As the Syrian Civil War enters its ninth year, the Turkish and Syrian governments clashed for the first time. On February 27th, “thirty-three of our soldiers were martyred as a result of the airstrike… by the forces of the [Bashar al-] Assad regime,” said Rahmi Dogan, the governor of a province that lies on the Syrian border in Turkey. After the airstrikes, Turkish forces commenced ground attacks and airstrikes against military strongholds in Idlib. They claim to have neutralized 309 soldiers in response.
Points Of Contention
Turkey’s vested interest lies in the Kurdish population in Northwestern Syria. The region hosts the Kurdish Workers’ Party (PKK), which fought the government in clashes that claimed over 4,000 deaths, a tenth of which were civilian. As the War waged on, the Kurds gained territory after fighting back ISIS. Turkey then began bombing along the border, further escalating tensions. Moreover, the war spurred a mass exodus of Syrian civilians into Turkey, where they are scapegoated for economic and political problems. The international community expected Russia, a Syrian ally on good terms with Turkey, to mediate between both countries, but it has not. In fact, Assad blames Russia for the bombing, stating that “Aircraft that hit the civilian population centers in Idlib will no longer be able to fly freely.”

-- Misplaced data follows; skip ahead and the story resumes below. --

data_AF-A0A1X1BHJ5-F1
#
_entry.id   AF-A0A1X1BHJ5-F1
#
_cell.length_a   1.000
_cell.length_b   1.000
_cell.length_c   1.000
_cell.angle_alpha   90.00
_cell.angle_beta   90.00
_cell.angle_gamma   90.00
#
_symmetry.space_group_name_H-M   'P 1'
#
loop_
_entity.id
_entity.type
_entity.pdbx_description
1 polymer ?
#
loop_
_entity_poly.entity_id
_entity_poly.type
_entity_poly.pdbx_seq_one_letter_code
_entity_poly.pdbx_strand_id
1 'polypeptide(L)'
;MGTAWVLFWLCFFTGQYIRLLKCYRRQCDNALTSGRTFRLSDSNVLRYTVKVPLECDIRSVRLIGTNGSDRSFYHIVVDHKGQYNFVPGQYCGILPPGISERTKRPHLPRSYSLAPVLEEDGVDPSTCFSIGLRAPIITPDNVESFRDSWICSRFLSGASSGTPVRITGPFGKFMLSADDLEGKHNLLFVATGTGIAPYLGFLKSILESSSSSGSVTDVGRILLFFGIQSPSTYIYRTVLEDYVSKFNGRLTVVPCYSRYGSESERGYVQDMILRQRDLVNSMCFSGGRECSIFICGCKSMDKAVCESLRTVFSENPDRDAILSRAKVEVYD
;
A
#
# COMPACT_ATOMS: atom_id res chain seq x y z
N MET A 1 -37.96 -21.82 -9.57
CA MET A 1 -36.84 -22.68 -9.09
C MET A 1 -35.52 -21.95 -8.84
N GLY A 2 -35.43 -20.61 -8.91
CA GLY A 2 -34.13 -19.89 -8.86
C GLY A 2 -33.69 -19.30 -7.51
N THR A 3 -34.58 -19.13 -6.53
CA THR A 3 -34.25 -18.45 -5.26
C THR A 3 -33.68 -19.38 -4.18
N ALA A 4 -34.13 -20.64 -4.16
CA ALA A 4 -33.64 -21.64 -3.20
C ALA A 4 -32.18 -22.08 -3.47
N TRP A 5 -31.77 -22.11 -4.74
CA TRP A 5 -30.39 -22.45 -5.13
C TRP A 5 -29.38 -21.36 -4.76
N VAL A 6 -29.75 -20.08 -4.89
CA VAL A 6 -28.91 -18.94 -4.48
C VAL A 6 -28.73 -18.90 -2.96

Long-Term Implications And Ulterior Motives
This escalation of violence will increase the death toll of the already devastating war. Idlib currently houses four million civilians trapped in the area, with Al-Qaeda rebels also situated in the province. As major world powers are pulled deeper into this war, it will only get more deadly. The war is currently supported by Saudi Arabia, the United States, Iran, Russia, Jordan and Turkey, each with its own interests. Turkey wants to squash the Kurdish forces, which it sees as threatening, while the United States aims to defeat ISIS, whom the Kurds drove back. This is just an example of the intensely complicated crisis, where allied countries back competing groups. The competing countries have little regard for human life and the longer the war wages on, the more immense the human suffering.
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